These are fine principles but they do not stand up well to modern principles of statutory interpretation.
First, does ‘man’ embrace ‘woman’? Yes, because the Interpretation Act 1978 says that ‘words importing the masculine gender include the feminine’. Next, can anyone who is not a ‘freeman’ claim the rights listed in the first sentence? Historians tell us that freemen were able to marry or go where they pleased, unlike the rural peasantry or serfs who were generally bonded to their land and unable to marry without purchasing their lord’s permission. Fortunately, the Human Rights Act 1998 requires all legislation to be given effect in a way that is compatible with human rights. Courts would be expected to interpret ‘freemen’ as meaning ‘all people’.
So the first sentence of clause 29 seems to mean that nobody can be convicted or punished except by the law of the land. One should not underestimate the importance of such a concession by the King in 1215. ‘There, clearly recognisable, was the rule of law in embryo,’ observed Lord Bingham, perhaps the most eminent English judge of recent times.
In the United Kingdom, governments would continue to observe the law of the land even if clause 29 of the 1297 statute were repealed. And yet the rule of law is far from universal. In the spring of 2014, almost 800 years after Magna Carta was granted, we saw protestors shot dead by military snipers in Kiev, a city at the very borders of Europe. There are several parts of the world in which opponents of the ruling regime simply ‘disappear’. Their supporters would welcome concessions such as those made by King John in 1215.
The second sentence of chapter 29 was cited by a High Court judge as recently as 2007. Quoting Sir James Holt’s resonant translation (1965) ‘to no one will we sell, to no one will we deny or delay right or justice’, Mr Justice Munby complained about the time the courts had taken to hear a housing claim, expressing the view that ‘the potential delay here amounted to a denial of justice in the sense in which that phrase is used in Magna Carta’. Warming to his theme, Munby said there were ‘some principles that ring down the centuries’. In this respect, he continued, the message of Magna Carta was ‘timeless’.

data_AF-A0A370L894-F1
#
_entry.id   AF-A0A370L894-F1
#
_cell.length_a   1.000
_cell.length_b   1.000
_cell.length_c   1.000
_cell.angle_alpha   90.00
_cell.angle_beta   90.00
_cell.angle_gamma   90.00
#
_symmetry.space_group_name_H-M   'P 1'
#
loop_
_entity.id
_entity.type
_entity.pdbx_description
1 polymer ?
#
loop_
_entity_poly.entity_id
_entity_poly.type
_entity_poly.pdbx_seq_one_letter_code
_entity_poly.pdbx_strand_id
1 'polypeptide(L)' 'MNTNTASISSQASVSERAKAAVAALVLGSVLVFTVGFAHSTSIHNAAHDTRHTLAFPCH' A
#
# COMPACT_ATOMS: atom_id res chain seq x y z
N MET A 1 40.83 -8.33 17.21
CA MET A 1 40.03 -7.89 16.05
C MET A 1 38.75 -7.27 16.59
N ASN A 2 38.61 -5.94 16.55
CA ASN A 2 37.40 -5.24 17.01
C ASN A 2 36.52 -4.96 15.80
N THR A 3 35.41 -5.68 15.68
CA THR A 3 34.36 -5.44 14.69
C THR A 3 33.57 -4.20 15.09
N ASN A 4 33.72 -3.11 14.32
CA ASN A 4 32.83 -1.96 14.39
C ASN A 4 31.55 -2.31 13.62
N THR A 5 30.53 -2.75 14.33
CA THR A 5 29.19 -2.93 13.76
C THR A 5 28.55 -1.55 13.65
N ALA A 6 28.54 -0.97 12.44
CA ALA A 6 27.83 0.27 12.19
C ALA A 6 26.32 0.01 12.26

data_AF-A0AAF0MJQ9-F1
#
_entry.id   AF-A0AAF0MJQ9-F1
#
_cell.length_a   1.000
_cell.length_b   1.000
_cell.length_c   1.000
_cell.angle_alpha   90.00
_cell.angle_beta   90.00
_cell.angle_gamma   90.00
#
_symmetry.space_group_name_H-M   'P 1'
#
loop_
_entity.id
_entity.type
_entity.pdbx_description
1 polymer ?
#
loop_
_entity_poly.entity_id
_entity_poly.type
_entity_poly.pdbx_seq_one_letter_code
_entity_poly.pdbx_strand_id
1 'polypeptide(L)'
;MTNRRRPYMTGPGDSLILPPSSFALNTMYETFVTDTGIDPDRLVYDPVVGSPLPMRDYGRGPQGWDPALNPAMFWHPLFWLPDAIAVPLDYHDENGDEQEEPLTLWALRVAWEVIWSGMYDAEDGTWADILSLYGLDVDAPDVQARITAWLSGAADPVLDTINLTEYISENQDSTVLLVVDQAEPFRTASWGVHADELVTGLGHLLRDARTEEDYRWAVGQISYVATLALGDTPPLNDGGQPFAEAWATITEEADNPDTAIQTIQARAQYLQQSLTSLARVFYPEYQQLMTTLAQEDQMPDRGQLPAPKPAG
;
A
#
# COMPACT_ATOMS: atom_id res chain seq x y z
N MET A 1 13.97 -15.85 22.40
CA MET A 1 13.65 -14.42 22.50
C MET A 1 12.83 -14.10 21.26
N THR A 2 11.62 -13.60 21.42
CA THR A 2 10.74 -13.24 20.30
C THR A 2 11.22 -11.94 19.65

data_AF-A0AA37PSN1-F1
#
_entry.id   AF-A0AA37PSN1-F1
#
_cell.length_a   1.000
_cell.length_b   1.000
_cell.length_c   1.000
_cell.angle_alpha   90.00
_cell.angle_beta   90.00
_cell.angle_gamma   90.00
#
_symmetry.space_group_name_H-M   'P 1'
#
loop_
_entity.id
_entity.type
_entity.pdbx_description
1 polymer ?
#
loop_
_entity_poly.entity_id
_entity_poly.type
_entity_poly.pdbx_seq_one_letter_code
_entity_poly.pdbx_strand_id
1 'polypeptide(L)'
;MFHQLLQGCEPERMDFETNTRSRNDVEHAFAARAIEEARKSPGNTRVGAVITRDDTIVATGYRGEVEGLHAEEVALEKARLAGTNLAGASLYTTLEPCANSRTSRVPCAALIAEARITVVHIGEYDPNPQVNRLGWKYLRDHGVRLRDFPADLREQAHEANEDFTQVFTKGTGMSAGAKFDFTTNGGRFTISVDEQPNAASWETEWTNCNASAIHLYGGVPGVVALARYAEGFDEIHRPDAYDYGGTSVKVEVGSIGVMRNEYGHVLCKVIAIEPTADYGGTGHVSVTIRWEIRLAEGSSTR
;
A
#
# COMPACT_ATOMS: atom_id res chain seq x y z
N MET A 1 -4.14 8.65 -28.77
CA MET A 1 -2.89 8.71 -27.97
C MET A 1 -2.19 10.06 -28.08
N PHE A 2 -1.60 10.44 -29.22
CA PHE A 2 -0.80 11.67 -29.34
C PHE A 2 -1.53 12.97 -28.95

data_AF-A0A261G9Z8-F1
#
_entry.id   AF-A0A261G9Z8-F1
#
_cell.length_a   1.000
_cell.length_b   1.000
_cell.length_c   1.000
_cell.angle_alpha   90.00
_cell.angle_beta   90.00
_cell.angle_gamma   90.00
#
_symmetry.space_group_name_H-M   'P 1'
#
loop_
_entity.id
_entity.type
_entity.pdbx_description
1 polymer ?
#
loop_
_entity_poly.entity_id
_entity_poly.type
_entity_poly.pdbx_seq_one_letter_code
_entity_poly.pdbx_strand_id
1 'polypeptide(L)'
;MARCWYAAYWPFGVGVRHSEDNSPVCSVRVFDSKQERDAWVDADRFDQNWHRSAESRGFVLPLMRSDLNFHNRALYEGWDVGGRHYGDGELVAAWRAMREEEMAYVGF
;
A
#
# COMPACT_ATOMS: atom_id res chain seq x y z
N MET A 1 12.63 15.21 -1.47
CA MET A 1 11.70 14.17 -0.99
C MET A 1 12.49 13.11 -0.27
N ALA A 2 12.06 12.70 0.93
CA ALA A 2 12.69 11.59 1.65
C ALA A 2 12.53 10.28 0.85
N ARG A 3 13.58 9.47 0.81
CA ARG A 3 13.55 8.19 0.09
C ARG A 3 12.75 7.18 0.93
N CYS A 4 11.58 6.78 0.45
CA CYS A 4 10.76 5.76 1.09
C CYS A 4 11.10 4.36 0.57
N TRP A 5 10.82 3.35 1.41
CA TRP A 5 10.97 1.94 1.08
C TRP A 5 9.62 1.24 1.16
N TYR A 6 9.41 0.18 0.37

Is Magna Carta Still Used in the Courts?
A search of the Westlaw UK database reveals that the courts of England and Wales have referred to Magna Carta in around 160 reported judgments over a period of some 450 years: not, perhaps, a particularly large number. And I have not found a single modern English case that was decided on the strength of Magna Carta alone.
Litigants-in-person – non-lawyers – tend to invest Magna Carta with more weight than it can carry. In 2013, a man acquitted of growing cannabis sought compensation from Scottish police and prosecutors for time he had spent on remand. David Watson relied on Magna Carta to support his claim that he was not bound by laws to which he had not consented. A Scottish judge had no difficulty in finding no basis for that claim.
These litigants seem to imagine that Magna Carta operates as some sort of restraint on the supremacy of Parliament. It does not. The power of Parliament to legislate as it sees fit dates from the Bill of Rights 1689. It cannot be limited by a statute passed four centuries earlier.
Judges do not enforce Magna Carta today because its terms are too broad to be applied by the courts. It is all very well to say that justice delayed is justice denied. But how long does the delay have to be for it to amount to an injustice? Although some civil claims must now be lodged within a matter of weeks, there is no statute of limitations in criminal cases. Anthony Sawoniuk, a Nazi war criminal, was jailed at the Old Bailey in 1999 for murdering Jews in 1942. Roland Peter Wright, a former headmaster, was imprisoned in 2014 for abusing pupils between 1959 and 1970. Were such delays sufficiently long to render those convictions unjust?
‘To no one will we sell … justice’ is another provision that is difficult to apply. Does it mean simply that judges must not take bribes? Nobody would disagree with that. Or does it mean that people who cannot afford lawyers – and even court fees – must be given the funding they need to enforce their rights?
What’s more, ‘judgment of his peers’ does not guarantee trial by jury. Juries, as we now know them, did not exist in 1215 and are used in only a small minority of trials today.